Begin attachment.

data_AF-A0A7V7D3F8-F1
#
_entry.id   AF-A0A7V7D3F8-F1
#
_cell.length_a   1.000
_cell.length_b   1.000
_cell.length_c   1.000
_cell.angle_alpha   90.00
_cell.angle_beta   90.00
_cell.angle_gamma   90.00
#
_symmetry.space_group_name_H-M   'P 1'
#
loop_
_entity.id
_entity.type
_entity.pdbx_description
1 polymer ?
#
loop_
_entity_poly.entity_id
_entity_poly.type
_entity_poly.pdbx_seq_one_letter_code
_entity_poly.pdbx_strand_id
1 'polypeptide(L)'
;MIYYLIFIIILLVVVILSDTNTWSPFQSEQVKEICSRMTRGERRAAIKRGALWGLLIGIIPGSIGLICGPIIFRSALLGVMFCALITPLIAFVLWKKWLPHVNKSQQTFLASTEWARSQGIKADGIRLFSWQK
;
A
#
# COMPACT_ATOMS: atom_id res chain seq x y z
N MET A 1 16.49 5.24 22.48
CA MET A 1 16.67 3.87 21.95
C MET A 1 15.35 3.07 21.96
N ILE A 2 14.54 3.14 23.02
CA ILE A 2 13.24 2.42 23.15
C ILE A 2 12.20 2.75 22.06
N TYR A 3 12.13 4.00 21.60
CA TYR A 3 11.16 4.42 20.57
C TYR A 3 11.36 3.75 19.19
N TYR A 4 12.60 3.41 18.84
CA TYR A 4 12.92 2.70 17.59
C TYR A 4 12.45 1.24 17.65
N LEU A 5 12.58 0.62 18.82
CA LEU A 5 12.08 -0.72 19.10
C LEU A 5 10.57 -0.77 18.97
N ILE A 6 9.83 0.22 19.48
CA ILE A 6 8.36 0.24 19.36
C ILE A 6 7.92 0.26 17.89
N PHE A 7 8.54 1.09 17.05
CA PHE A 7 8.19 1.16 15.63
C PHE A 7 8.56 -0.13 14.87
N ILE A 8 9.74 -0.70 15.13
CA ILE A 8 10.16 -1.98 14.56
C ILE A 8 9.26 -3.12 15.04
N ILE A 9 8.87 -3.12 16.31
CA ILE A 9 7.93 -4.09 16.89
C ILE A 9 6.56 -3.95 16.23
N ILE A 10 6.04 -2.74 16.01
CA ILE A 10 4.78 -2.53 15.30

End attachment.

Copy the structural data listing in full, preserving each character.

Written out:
data_AF-A0A7V7D3F8-F1
#
_entry.id   AF-A0A7V7D3F8-F1
#
_cell.length_a   1.000
_cell.length_b   1.000
_cell.length_c   1.000
_cell.angle_alpha   90.00
_cell.angle_beta   90.00
_cell.angle_gamma   90.00
#
_symmetry.space_group_name_H-M   'P 1'
#
loop_
_entity.id
_entity.type
_entity.pdbx_description
1 polymer ?
#
loop_
_entity_poly.entity_id
_entity_poly.type
_entity_poly.pdbx_seq_one_letter_code
_entity_poly.pdbx_strand_id
1 'polypeptide(L)'
;MIYYLIFIIILLVVVILSDTNTWSPFQSEQVKEICSRMTRGERRAAIKRGALWGLLIGIIPGSIGLICGPIIFRSALLGVMFCALITPLIAFVLWKKWLPHVNKSQQTFLASTEWARSQGIKADGIRLFSWQK
;
A
#
# COMPACT_ATOMS: atom_id res chain seq x y z
N MET A 1 16.49 5.24 22.48
CA MET A 1 16.67 3.87 21.95
C MET A 1 15.35 3.07 21.96
N ILE A 2 14.54 3.14 23.02
CA ILE A 2 13.24 2.42 23.15
C ILE A 2 12.20 2.75 22.06
N TYR A 3 12.13 4.00 21.60
CA TYR A 3 11.16 4.42 20.57
C TYR A 3 11.36 3.75 19.19
N TYR A 4 12.60 3.41 18.84
CA TYR A 4 12.92 2.70 17.59
C TYR A 4 12.45 1.24 17.65
N LEU A 5 12.58 0.62 18.82
CA LEU A 5 12.08 -0.72 19.10
C LEU A 5 10.57 -0.77 18.97
N ILE A 6 9.83 0.22 19.48
CA ILE A 6 8.36 0.24 19.36
C ILE A 6 7.92 0.26 17.89
N PHE A 7 8.54 1.09 17.05
CA PHE A 7 8.19 1.16 15.63
C PHE A 7 8.56 -0.13 14.87
N ILE A 8 9.74 -0.70 15.13
CA ILE A 8 10.16 -1.98 14.56
C ILE A 8 9.26 -3.12 15.04
N ILE A 9 8.87 -3.12 16.31
CA ILE A 9 7.93 -4.09 16.89
C ILE A 9 6.56 -3.95 16.23
N ILE A 10 6.04 -2.74 16.01
CA ILE A 10 4.78 -2.53 15.30